The proclamation of jubilee did not end with Jesus. It has sung its down the ages on the tongues and through the lives of God’s messengers in every generation. I heard jubilee spirit in President Obama’s inauguration speech; indeed, in his whole framing of American history as a journey toward the fulfillment of freedom’s promise. “Today, he declared, “we continue a never-ending journey, to bridge the meaning of [the words of the declaration of independence] with the realities of our time. For history tells us that while these truths may be self-evident, they have never been self-executing; that while freedom is a gift from God, it must be secured by [God’s] people here on Earth… We, the people, declare today that the most evident of truths – that all of us are created equal – is the star that guides us still; just as it guided our forebears through Seneca Falls, and Selma, and Stonewall; just as it guided all those men and women, sung and unsung, who left footprints along this great Mall, to hear a preacher say that we cannot walk alone; to hear a King proclaim that our individual freedom is inextricably bound to the freedom of every soul on Earth.” (http://www.latimes.com/news/politics/la-pn-transcript-obama-inauguration-speech-20130121,0,6751334.story?page=1)

And yet, on that same inauguration day, another voice of jubilee strained to make itself heard. The Global Voices Blog reported: “Ironically while the crowd was cheering [Obama’s] inauguration line “A decade of war is now ending”, more than three drone strikes hit Yemen” (http://globalvoicesonline.org/2013/01/22/on-inaugration-day-us-drones-strike-yemen/) And the Blog of Legal Times wrote: “Just outside an exit gate … a group of protesters laid across a street on Capitol Hill to protest President Barack Obama’s controversial use of drone strikes abroad. About ten people covered themselves in white sheets with red paint splattered like blood, and pretended to be dead…. They had cutout photos of drone victims next to them.” (http://legaltimes.typepad.com/blt/2013/01/outside-inauguration-group-protests-drone-strikes.html)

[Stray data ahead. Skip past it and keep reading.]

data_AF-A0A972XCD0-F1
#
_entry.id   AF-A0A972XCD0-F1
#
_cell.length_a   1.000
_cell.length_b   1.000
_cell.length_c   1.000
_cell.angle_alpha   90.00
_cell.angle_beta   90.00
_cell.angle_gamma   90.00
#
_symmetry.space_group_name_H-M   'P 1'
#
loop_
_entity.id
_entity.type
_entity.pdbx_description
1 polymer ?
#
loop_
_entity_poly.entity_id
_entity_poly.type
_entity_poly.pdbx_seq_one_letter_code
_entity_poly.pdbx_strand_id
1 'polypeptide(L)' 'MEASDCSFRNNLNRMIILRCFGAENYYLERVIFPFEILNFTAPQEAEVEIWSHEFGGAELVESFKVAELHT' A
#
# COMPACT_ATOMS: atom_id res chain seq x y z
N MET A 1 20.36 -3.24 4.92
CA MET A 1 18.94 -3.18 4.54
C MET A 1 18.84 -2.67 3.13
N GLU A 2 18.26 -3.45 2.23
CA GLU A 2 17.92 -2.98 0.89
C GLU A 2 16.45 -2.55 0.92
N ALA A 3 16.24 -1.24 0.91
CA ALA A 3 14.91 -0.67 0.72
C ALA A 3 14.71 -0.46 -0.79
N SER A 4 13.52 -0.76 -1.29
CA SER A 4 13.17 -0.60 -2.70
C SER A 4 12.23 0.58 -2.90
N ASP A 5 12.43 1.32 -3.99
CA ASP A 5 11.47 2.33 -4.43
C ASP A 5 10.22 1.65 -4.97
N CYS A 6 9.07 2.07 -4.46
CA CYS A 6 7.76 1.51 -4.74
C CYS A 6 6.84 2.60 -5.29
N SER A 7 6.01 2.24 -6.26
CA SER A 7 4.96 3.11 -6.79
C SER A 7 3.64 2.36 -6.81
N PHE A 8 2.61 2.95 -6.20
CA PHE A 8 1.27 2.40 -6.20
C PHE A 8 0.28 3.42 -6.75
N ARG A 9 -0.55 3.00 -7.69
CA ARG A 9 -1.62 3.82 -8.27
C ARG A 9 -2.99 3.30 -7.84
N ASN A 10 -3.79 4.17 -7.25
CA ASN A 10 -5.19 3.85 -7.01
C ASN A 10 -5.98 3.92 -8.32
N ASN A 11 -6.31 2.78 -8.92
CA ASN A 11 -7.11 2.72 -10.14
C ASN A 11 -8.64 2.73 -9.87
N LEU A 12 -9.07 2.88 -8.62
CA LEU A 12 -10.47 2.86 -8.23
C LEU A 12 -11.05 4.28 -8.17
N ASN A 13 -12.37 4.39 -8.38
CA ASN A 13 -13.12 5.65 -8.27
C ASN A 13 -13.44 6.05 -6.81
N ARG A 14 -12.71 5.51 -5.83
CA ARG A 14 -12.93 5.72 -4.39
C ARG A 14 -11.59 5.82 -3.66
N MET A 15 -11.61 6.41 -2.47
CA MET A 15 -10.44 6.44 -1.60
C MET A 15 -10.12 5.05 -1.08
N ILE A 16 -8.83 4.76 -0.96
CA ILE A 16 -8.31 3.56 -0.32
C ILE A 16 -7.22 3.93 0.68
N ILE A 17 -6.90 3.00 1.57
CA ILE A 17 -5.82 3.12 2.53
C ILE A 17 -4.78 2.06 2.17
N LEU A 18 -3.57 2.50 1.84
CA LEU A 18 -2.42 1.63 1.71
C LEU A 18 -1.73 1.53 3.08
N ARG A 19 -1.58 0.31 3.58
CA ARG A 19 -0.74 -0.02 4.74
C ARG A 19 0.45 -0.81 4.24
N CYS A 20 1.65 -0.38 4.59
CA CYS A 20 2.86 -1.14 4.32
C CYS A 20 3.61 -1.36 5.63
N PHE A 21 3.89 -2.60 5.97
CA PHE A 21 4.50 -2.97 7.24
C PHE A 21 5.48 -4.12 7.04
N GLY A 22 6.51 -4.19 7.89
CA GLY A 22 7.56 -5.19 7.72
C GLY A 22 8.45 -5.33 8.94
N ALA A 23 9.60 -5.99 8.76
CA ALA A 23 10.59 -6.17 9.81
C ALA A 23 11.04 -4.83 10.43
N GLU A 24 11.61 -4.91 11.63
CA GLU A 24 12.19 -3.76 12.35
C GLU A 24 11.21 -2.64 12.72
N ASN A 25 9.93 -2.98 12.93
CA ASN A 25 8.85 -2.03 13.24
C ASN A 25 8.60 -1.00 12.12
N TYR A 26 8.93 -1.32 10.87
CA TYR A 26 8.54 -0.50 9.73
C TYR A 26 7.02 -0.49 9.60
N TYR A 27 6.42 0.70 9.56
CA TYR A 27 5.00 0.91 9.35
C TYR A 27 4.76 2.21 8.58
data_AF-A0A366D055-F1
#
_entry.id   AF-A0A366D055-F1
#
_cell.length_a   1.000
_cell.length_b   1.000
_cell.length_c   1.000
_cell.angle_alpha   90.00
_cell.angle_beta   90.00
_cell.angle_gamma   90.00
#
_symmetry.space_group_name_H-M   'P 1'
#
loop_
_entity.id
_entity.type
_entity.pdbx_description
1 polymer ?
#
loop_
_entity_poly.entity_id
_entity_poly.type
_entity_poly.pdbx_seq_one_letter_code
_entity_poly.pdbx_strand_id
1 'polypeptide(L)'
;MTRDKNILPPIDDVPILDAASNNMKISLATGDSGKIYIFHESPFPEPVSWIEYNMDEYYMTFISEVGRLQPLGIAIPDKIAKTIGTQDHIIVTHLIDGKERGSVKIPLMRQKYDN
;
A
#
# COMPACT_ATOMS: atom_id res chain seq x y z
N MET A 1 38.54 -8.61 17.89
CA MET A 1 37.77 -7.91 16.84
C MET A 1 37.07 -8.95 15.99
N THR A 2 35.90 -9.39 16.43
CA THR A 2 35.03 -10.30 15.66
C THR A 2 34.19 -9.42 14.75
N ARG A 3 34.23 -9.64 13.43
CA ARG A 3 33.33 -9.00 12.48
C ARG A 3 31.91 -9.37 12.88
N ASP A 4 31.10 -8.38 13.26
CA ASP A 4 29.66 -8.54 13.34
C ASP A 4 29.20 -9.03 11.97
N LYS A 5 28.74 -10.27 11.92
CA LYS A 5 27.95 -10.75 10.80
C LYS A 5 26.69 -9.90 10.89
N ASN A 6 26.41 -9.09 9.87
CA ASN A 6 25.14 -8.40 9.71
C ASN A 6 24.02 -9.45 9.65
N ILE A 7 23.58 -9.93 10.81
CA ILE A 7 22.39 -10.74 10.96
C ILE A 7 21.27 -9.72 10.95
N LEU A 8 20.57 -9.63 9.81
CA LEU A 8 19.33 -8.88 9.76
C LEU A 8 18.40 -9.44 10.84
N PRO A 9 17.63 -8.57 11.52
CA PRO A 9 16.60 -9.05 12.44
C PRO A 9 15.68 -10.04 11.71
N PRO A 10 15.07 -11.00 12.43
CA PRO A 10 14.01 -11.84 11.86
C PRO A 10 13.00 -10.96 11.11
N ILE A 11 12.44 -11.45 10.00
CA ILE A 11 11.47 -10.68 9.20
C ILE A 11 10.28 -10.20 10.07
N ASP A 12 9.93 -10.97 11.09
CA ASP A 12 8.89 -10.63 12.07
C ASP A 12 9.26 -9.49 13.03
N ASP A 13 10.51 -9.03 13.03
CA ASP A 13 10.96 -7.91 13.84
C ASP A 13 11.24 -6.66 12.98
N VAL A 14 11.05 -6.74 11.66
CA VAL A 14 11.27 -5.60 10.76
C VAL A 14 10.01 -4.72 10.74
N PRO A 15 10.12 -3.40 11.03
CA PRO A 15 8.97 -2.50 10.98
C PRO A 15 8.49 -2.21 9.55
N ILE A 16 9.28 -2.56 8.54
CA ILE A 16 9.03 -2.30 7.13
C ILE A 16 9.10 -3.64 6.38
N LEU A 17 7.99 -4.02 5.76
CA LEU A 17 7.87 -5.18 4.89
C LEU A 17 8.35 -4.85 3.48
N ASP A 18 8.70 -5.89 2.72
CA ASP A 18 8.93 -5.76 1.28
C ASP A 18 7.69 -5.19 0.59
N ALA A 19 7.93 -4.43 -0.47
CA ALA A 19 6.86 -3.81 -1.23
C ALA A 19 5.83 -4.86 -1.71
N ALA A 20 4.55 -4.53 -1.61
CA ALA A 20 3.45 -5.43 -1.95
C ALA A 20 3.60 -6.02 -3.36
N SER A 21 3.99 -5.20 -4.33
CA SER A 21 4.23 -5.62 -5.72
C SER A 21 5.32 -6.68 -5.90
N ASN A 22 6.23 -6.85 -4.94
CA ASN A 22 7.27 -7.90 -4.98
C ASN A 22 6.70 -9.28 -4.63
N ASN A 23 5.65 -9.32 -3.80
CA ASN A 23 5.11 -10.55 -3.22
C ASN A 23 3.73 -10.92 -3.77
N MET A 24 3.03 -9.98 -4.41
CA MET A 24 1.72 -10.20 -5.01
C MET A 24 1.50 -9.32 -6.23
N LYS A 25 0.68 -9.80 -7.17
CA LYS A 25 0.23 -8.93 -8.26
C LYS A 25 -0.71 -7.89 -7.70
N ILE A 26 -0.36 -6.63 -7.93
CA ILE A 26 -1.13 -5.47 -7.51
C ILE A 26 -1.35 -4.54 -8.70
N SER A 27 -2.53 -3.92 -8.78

President Obama’s speech was beautiful and prophetic. I found myself greatly moved by his commitment to address global warming, to reform immigration practices, to bring about marriage equality, and equality of pay for men and women, and to work for the education and safety of our children. And yet, we are all – especially those who govern with power in any arena of life, still bound by the shackles of oppression, and mired in the ways of violence. The President acknowledged much unfinished work in the pursuit of liberty; let us hope he was preaching to himself and his administration as well as to the rest of us. Let us call him, call ourselves, and call our nation, to be true to our highest ideals.

This week, I attended a retreat with our group of Lilly residents and supervisors. One colleague led the group in centering prayer, a way of praying that emphasizes being with God, resting in God’s presence. The person praying chooses a sacred word, which is gently repeated whenever thoughts distract. I’ve encountered and tried this method of prayer before, and always found it somewhat mystifying. How do I empty my mind and rest in God without thinking? Our session did not provide a stunning revelation, but I did experience a gentle insight. For a few moments, I had a sensation of going down, further and further inside myself. And what I felt as this happened was that I was settling into a flowing current of God’s Spirit. And I understood that all the stuff that continued to distract me– the thoughts swirling through my mind, and the activity of world around me– is grounded in that river, rests in that river.

God’s Spirit-river of freedom is what is real, today, and always, Jesus says. If we settle into its currents, it will guide us waking, sleeping, working and playing. There are other realities, but they are like ice that melts in the sun. Today, God rips the door from the canary’s cage. Today, God shatters the paperweight prisons. Today, God throws open the windows of the house. Today, God’s garden bursts with peonies etched in sunlight. Today. Amen.